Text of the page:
My dear friend Walden,
I know that now you are taking your last few breaths, your last few minutes of blood circulation, and that by the time this post is finished you will have passed into the supernatural. I want you to know that you shall always be in my heart. There is a special pond in my heart named after you. I loved coming to see you each morning, having you rely on my each day to give you the nourishment for your long life. You were my speechless friend who never complained, but just listened. You were always a jolly and chipper soul, and I loved your carefree gaiety and joy for life.
May God treat you well, my dear friend.
This was an excerpt for a eulogy I just wrote. It was for my fish, Walden. I named him after my also deceased Transcendentalist friend, Henry David Thoreau (he, you know, went to Walden Pond). I am closely tied to Walden Pond, since it was near where I grew up, and I have been there a few times. He was an allegorical fish. And my friend.
Fish are some of the bets friends you can have. Because they teach yo to live a more simple life. When I feed Walden every morning, I always imagine what it would be like if I was a fish too. Eat. Secrete. Repeat. What a life.
But the thing is, Walden wakes up each morning overjoyed to have food (well maybe he isn't overjoyed; some scientists argue on whether or not fish can feel emotions; I affirm their suspicions). I wake up, eat my breakfast in half-slumber, put on some clothes, and rush out the door. Yes, I brush my hair and teeth too..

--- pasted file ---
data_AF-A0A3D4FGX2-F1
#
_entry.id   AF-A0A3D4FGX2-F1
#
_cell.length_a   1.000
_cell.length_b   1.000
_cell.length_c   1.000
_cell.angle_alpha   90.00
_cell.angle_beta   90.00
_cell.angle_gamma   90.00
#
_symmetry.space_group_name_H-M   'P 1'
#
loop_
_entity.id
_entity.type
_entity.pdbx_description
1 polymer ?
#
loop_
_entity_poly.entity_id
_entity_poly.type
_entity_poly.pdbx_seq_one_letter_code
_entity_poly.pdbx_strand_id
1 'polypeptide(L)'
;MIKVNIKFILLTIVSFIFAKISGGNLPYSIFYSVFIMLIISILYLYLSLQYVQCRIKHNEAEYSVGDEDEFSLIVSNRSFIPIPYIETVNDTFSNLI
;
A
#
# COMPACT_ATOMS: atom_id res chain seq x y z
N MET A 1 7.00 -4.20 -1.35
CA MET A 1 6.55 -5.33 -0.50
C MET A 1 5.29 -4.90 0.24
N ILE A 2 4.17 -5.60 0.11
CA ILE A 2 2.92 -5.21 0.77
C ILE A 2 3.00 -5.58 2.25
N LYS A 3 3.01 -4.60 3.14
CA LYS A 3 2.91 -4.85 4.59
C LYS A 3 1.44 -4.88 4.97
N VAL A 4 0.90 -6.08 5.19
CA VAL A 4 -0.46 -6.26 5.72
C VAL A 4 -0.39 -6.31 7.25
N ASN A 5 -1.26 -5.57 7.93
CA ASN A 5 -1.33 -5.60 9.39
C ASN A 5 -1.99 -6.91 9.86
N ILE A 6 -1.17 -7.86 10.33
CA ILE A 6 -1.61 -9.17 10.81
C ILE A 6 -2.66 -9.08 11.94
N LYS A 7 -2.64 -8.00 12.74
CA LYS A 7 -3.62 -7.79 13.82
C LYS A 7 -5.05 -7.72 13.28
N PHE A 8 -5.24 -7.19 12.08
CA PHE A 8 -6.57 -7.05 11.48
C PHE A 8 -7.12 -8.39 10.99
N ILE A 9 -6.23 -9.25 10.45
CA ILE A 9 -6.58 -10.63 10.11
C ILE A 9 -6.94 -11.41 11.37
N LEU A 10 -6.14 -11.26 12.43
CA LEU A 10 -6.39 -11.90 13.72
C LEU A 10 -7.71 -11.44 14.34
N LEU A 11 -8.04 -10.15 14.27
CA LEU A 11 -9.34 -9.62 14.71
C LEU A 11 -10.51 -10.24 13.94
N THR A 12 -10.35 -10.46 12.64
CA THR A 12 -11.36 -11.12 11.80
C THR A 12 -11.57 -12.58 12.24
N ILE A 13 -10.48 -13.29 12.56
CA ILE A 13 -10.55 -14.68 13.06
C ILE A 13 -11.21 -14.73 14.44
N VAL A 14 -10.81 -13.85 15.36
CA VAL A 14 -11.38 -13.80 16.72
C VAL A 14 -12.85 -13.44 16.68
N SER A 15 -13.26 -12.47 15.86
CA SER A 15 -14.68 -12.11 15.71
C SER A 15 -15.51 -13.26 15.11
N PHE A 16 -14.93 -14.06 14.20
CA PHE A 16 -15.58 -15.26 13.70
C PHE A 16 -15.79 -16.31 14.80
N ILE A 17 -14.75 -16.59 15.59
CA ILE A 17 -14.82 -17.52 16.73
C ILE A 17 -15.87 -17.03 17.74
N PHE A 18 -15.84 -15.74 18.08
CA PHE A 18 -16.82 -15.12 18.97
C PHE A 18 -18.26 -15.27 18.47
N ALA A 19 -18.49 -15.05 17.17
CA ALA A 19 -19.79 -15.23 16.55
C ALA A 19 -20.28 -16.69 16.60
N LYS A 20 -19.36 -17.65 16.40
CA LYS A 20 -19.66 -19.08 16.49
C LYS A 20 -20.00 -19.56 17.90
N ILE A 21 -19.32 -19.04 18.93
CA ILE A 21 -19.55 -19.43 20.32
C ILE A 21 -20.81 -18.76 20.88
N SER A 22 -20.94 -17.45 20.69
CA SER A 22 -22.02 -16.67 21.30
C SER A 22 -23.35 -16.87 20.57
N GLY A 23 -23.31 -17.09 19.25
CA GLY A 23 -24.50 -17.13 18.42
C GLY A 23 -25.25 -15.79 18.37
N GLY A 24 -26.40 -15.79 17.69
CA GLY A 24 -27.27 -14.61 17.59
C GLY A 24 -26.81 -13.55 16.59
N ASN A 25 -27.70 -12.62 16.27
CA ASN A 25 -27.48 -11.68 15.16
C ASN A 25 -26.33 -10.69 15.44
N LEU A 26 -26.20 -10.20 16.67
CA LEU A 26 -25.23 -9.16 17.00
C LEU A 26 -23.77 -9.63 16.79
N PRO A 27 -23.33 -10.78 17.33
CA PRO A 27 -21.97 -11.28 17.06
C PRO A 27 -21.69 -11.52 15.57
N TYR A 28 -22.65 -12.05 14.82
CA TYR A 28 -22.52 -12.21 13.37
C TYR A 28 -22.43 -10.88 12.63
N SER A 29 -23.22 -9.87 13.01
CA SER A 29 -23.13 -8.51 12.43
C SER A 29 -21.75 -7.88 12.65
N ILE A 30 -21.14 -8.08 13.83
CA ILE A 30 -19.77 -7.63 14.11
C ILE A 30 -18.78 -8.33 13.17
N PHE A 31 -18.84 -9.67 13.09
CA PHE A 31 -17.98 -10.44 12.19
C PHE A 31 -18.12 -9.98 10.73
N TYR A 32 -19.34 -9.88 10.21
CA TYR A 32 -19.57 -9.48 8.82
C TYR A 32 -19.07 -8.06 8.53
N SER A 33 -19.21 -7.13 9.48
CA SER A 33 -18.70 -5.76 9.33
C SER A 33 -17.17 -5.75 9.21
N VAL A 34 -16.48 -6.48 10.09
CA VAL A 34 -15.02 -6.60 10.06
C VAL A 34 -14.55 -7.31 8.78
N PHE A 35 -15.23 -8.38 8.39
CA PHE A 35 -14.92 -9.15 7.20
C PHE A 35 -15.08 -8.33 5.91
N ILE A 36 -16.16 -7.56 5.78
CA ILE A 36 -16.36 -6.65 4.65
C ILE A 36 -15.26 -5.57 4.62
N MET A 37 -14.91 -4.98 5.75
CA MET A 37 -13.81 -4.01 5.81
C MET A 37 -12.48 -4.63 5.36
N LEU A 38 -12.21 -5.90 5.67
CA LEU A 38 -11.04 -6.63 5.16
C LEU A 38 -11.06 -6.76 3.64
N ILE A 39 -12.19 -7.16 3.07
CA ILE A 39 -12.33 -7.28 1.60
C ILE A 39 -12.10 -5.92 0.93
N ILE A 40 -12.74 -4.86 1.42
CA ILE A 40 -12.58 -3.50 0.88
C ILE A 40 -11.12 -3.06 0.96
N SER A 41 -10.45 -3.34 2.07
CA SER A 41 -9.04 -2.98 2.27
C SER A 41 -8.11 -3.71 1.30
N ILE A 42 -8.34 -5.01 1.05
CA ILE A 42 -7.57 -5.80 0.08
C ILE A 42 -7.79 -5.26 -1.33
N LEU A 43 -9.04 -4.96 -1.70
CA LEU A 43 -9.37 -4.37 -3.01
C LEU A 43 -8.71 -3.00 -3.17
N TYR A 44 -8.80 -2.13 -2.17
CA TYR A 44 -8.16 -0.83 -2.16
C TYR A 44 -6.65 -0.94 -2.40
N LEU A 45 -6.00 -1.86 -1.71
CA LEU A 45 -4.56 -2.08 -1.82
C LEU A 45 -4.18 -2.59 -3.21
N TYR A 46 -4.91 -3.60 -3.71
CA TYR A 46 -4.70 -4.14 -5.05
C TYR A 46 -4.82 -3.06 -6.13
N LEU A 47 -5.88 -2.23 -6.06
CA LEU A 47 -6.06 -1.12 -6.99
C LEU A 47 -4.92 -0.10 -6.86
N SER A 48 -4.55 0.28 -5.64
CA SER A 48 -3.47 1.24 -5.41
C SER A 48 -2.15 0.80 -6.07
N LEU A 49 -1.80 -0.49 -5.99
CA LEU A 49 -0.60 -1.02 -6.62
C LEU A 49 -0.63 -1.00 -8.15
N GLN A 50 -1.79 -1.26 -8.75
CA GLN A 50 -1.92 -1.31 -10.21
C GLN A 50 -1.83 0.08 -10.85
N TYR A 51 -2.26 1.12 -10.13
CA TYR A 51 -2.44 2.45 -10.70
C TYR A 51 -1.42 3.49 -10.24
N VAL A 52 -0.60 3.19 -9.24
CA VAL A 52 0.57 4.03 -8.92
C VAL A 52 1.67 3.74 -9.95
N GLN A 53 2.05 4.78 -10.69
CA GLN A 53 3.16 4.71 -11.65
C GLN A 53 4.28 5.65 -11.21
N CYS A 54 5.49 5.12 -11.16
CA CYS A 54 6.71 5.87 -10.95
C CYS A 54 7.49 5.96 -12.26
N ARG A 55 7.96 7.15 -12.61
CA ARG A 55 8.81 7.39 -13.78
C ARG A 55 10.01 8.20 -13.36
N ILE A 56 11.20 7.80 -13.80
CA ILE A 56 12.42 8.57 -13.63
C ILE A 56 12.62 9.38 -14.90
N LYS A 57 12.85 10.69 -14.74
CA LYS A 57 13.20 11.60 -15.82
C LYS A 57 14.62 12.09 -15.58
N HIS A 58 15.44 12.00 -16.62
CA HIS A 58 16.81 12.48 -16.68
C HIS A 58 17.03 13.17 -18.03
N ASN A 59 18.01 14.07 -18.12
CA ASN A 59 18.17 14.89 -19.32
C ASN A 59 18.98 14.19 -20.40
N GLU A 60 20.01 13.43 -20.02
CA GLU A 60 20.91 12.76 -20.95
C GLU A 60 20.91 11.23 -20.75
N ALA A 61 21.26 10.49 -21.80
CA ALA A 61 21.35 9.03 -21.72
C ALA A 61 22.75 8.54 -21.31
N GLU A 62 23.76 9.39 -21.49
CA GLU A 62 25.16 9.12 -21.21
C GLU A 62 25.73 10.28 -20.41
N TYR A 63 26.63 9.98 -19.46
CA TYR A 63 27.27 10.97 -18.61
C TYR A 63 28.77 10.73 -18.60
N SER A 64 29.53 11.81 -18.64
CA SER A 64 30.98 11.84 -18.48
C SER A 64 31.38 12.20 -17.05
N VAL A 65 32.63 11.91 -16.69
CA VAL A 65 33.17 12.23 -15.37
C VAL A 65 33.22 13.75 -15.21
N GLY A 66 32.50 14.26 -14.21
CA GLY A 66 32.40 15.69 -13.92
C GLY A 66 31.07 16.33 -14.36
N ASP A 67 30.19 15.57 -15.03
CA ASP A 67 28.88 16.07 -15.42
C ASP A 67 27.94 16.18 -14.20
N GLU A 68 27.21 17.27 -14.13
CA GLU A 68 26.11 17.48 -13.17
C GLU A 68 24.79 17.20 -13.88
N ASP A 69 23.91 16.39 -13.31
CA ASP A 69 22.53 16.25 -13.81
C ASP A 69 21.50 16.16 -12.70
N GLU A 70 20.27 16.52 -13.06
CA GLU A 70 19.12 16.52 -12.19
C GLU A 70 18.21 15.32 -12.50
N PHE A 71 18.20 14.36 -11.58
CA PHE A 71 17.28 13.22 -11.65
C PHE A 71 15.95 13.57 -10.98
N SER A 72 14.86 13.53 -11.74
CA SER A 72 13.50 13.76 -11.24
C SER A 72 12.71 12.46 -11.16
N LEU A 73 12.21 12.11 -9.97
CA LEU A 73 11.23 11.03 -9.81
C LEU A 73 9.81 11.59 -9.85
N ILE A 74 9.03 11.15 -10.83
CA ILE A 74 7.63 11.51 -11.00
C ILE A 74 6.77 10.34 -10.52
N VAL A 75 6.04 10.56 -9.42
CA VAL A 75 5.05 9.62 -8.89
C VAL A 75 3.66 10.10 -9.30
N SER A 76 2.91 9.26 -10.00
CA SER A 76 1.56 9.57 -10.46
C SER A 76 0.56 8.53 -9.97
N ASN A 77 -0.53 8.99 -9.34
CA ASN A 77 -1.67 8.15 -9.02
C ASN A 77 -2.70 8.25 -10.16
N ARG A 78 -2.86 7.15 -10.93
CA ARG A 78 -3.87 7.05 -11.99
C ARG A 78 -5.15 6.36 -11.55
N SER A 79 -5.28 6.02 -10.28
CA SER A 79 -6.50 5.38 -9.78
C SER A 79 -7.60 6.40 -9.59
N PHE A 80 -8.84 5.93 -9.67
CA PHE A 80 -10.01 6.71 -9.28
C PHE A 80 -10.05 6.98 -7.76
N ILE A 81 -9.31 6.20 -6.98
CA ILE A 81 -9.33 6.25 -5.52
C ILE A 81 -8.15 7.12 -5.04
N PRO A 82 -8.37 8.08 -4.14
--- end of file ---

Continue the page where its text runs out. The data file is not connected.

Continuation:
Walden is content with his food. I am not even content with my morning, and I can do a lot more than him. I can walk around. I can feed myself. I can go to school and produce thoughts. I can go outside in the beautiful air and enjoy the wonderful weather. Walden can't. He sits in his tank. Walden can't do any of these things. Yet he is happy with his life the way it is.
Walden has taught me, and I just now realize it, that life is about the simplicities. Even though the only excitement in his day was his daily ration of 4 flakes of 35% crude protein, he went about his life in the tank as if it were wonderful.
We can all learn from Walden and his simplicity. He taught me that when it all comes down to it, life is about the simplicities, and we shouldn't have to worry about some of the trivial things we stress over, like personal appearance. And in this sense, we really are all equal. We may look different on the outside but our cells are all the same on the inside. If we were educated or not, we still had thoughts. Rich or poor, money cannot control when we die.
Walden taught me an invaluable lesson. A wonderfully philosophical lesson. Perhaps his name is much more allegorical than I thought.